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Monday, February 27, 2012

In the Name of Audubon

Previously, we mentioned  that Edge Resources announced  their acceptance into the Signature Program of Audubon.  We've corrected that original blog post  since there was confusion regarding the use of the use of the name Audubon.  CLARIFICATION:  Audubon International is in no way affiliated with the Audubon Society.  They are two entirely different entities. 

In fact, in 1991 the Audubon Society tried to sue in order to prevent Audubon International from using their name, but a judge ruled that the Audubon Society did not own exclusive rights to that name nor did it cause confusion.  Well it certainly confused us! 

Audubon Society’s Mission is "to conserve and restore natural ecosystems, focusing on birds, other wildlife, and their habitats for the benefit of humanity and the earth's biological diversity."

Audubon International primarily partners with golf courses or hotels by promoting "green consciousness".

Since Tierra Verde Golf Course and the Martin Luther King Sports Complex - both adjacent to the proposed Overcoming Faith Drill Site -  are already certified Signature members of Audubon International, Edge thought they would try that too.  What a novel idea!

First of all, we must clarify that Edge is NOT currently certified.  They have merely been ACCEPTED into the program through an application process similar to that of a student being accepted into a university.   The next step would be a long process according to Mike Martinez, partner of Edge Resources.

It sounds like the big gas mafia may be trying to put lipstick on a pig again, but nevertheless we eagerly await to see how Edge plans to show Audubon International how they will protect a sensitive natural environment while exploiting natural gas on a 8.446-wooded acre tract of land.  That is where the rubber will meet the road!   Is this another public relations stunt by a desperate industry whose popularity is waning in communities? 

During our discussion Mr. Martinez shared these questions that the industry is asking:
  • "Can we co-exist?" 
  • "Can we do things to be accepted by environmental groups?" 

His final comment ended with,  "We believe we are good stewards of the land on our other properties."

Perhaps you need to decide whether this:
Tandy Hills Natural Area, Fort Worth

and this:

Tierra Verde Golf Club
and this:

Can Co-exist with this:

and this, (click here)
Fulson Drill Site, Arlington, TX

or even worse - this:

During the council meeting Shea Kirkman, representative of Edge Resources, admitted that Audubon International "doesn't know alot about this business".  Perhaps those of us on the shale can clue them in.  The Signature office telephone number in Henderson, KY is (270) 869-9419.  Nancy Richardson, their director, can also be reached via e-mail:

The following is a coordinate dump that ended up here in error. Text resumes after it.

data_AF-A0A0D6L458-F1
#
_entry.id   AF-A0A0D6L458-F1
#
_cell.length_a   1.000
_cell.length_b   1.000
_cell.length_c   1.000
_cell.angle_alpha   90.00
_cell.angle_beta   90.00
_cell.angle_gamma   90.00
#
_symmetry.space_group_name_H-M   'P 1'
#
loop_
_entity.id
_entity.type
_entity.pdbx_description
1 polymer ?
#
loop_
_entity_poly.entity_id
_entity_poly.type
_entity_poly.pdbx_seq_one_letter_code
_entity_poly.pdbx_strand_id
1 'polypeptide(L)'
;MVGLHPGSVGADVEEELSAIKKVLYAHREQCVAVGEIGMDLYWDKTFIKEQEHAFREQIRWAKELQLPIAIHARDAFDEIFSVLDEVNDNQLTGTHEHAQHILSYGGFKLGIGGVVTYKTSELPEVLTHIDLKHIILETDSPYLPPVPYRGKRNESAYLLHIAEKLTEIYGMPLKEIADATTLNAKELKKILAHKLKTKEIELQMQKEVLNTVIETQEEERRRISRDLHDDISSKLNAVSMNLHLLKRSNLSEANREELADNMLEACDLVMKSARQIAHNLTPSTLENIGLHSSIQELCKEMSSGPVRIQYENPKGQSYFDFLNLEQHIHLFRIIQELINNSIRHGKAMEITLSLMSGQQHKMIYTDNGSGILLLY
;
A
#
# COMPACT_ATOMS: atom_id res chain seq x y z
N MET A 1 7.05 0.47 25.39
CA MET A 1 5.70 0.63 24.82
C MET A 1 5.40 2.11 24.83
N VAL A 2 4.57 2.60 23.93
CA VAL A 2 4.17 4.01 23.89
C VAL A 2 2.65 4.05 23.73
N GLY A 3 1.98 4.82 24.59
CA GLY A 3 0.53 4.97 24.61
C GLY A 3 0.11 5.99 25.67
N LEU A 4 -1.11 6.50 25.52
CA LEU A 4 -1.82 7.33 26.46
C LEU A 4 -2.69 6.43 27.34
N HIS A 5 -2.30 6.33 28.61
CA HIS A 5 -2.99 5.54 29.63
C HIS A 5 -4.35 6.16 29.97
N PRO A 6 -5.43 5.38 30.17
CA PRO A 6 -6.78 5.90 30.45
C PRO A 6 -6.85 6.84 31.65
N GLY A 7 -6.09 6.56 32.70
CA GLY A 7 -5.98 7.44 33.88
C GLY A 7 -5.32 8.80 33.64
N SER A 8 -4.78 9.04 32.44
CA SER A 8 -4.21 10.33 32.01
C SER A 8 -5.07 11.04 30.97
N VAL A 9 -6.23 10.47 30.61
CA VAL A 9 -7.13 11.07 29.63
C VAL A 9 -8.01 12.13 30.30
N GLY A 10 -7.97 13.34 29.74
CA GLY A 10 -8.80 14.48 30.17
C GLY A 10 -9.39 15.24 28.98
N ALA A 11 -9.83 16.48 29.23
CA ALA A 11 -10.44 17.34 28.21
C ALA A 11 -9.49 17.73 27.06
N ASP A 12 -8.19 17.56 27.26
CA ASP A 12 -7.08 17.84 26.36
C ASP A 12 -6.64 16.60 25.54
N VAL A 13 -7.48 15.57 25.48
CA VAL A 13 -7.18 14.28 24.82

If Edge Resources becomes a certified member of Audubon International, will this set a precedent for others in the oil & gas industry to paint a faux green image to the public? 


  1. plus this 100 year flod plain site must also co-exist, 1,101 feet from the St Paul Prepartory Academy...I hope they teach the kids and staff to prepare for added cancer risks in their lives....tuition buys U's not just AISD buying into the high health risk price for royalties....churches R leaders too!...oh yeah...lead us off of a cliff won't yah? "suffer the children" has new meaning in the gas patches

  2. Below is an e-mail we received from the National Audubon Society:


    I believe that you may be confusing the National Audubon Society with Audubon International. The National Audubon Society (Audubon) was founded in 1905 for the purpose of conserving and restoring natural ecosystems, focusing on birds and other wildlife, and their habitats.

    Each year, Audubon receives many calls and letters from people who have confused Audubon with a different organization calling itself Audubon International. Since its inception in 1991, Audubon International, funded in part by the United States Golf Association, has been certifying golf courses that pay an annual membership fee as Audubon Cooperative Sanctuaries. Similar fee-based certifications are available from Audubon International to developers of cemeteries, municipal parks, campgrounds, resorts, stores, industrial facilities, marinas, residential communities and preparatory schools.

    Audubon is not associated with Audubon International in any way. Audubon does not certify golf courses, or any other development, as being environmentally sound.
    Furthermore, Audubon sanctuaries are protected natural spaces for public enjoyment. No Audubon sanctuary is certified for development.


    Danielle Madrid
    Development Manager
    Audubon Texas